Russia accuses Western media of Ukraine coverage manipulation
Dmitry Polyanskiy, Russia's deputy envoy to the United Nations, drew special attention to the coverage of the evacuation of the civilian population from Mariupol in Western media.
Dmitry Polyanskiy, Russia's Deputy Envoy to the United Nations, accused Western media outlets, on Friday, of censoring and manipulating information about the situation in Ukraine.
Polyanskiy drew special attention to the coverage of the evacuation of the civilian population from Mariupol in Western media.
During a UN Security Council Arria-Formula meeting, he said: “It’s puzzling because they have the same materials as their Russian colleagues, same settings, same witnesses but what is extremely disappointing is that Western journalists in most cases clearly engage in censorship concealing awkward information from the Western public. That’s the way the new iron curtain is being created.”
Furthermore, Polyanskiy, for example, described interviews with evacuees from the Azovstal plant in Mariupol on May 2.
“One of them, Natalia Usmanova was very vocal and emotional, that’s why she appeared in many footages,” he said.
“For example, she spoke with Reuters and this agency published a short report with a video reel on its website… what’s the impression that you get from this coverage - Natalia Usmanova is terrified, frightened by Russian strikes, she must be hating Russia for what it did to Ukraine. Thank God, she is safe and can go to Ukraine.”
Polyanskiy detailed that Reuters heavily censored what Usmanova actually said before playing the full version of the interview, which was also shown on Russian television.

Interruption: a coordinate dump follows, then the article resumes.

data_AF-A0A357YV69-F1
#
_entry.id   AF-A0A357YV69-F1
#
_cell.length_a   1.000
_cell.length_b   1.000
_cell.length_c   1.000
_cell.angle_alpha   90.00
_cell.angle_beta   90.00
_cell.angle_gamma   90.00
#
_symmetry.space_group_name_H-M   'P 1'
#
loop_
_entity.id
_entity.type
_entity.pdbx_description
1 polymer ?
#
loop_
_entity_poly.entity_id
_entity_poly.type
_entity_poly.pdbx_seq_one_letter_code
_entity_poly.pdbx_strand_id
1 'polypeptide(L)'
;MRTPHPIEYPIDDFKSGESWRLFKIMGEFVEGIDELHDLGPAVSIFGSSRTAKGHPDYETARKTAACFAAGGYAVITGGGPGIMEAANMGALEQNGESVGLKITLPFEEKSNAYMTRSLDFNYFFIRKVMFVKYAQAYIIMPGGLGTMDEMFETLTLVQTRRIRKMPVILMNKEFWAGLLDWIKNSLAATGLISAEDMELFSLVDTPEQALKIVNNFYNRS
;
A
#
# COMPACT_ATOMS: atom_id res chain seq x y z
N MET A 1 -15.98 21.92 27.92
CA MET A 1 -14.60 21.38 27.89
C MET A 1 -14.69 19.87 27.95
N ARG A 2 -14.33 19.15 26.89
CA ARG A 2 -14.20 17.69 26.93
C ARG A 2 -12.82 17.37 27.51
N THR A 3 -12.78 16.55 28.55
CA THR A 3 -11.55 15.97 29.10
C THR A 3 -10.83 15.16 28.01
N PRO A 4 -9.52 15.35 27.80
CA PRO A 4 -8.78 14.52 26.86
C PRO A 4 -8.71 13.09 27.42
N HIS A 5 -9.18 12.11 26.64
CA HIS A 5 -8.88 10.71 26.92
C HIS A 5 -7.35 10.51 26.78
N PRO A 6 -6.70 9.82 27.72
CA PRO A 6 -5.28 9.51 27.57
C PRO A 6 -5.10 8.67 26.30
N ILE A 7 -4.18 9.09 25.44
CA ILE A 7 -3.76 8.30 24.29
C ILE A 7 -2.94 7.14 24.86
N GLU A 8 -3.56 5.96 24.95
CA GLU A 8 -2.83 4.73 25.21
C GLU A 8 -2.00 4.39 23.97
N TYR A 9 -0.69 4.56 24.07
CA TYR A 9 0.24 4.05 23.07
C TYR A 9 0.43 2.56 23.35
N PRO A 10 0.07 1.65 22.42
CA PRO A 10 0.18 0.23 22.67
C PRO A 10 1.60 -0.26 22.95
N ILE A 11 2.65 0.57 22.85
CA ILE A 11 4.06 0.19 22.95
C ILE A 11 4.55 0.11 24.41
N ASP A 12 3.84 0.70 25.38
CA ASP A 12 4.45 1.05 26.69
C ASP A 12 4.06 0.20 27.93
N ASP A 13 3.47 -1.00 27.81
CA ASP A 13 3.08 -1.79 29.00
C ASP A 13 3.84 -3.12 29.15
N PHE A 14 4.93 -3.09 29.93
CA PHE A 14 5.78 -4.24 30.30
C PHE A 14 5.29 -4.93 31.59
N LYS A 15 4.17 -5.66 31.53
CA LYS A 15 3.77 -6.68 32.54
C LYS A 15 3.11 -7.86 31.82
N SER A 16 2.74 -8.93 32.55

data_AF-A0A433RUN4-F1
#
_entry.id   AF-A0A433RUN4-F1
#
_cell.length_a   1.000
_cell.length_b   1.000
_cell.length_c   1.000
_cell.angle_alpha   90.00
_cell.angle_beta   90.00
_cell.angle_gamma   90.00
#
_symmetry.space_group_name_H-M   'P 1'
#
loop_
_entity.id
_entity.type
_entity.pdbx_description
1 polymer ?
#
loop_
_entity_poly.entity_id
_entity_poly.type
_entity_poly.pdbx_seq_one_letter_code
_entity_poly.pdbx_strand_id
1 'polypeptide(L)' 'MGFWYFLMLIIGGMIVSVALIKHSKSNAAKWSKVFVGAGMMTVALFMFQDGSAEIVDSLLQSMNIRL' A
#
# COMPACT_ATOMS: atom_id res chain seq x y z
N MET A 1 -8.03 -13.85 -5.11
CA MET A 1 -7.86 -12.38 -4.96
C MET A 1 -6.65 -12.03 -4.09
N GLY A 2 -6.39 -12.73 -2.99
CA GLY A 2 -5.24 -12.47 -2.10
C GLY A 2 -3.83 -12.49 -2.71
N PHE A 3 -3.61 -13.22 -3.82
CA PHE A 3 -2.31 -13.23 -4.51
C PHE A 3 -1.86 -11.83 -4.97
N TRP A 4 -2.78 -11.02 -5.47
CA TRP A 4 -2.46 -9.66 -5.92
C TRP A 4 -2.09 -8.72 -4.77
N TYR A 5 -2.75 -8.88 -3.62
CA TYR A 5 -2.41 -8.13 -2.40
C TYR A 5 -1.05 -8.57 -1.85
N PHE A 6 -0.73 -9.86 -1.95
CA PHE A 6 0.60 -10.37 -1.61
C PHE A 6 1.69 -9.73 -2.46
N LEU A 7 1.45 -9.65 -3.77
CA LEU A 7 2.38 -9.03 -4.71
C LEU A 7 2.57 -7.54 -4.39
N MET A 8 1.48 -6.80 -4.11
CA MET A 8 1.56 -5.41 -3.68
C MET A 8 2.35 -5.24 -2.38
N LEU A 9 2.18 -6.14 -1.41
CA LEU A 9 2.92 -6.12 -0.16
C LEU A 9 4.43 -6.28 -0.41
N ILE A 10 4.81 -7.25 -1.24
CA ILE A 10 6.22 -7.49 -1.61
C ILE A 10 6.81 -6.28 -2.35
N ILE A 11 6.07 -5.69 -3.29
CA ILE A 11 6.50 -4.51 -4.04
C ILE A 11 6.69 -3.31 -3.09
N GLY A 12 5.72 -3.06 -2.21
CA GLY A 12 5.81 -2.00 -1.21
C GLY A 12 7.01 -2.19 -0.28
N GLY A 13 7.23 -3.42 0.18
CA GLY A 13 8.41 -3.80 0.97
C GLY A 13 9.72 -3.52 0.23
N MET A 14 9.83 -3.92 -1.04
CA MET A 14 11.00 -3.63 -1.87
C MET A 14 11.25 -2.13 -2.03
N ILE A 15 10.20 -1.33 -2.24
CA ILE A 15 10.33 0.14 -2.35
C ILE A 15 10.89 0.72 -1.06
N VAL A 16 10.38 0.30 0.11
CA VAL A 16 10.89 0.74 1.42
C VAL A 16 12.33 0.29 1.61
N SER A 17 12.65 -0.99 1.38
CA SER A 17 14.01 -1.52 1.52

Usmanova first stated that the evacuees were all terrified and unsure of what they could or could not say. After the reporter said she could say whatever she wanted, Usmanova emphasized that her family had decided not to travel to Ukraine and that if they did decide to return, they would only go to Mariupol, not Ukraine.
Usmanova stated that when the fighting began in Mariupol, the Ukrainian army refused to allow civilians to leave, effectively using civilians as human shields.
In the recording, Usmanova tells reporters that Azov militants “kept us in the bunker” for two months and did not allow her family to leave using the humanitarian corridors established by Russian troops. “They hid behind the fact that they are supposedly concerned about our safety,” Usmanova said, according to a German translation, adding that her family was repeatedly yelled at to “Go back to the bunker!”
“Ukraine has died for me as a state,” Usmanova said at the end of her testimony.
"How will Western viewers learn the truth especially when Russian TV channels, as we all know, are being banned from Western countries?” Polyanskiy asked. “Who is spreading propaganda here? Make a judgment yourself."
"Instead of promoting journalism, freedom of speech, and access to information, you choose the path of becoming soldiers in the information war against Russia,” he stressed.
Polyanskiy also pointed out that the German magazine Der Spiegel published a longer version of Usmanova's interview, but then deleted it within hours.
“We don’t have any doubts as to why,” he said.
It is worth mentioning that the territorial defense staff of the Donetsk People's Republic reported on Monday that 101 people were evacuated from the Azovstal plant in Mariupol to Bezymennoye.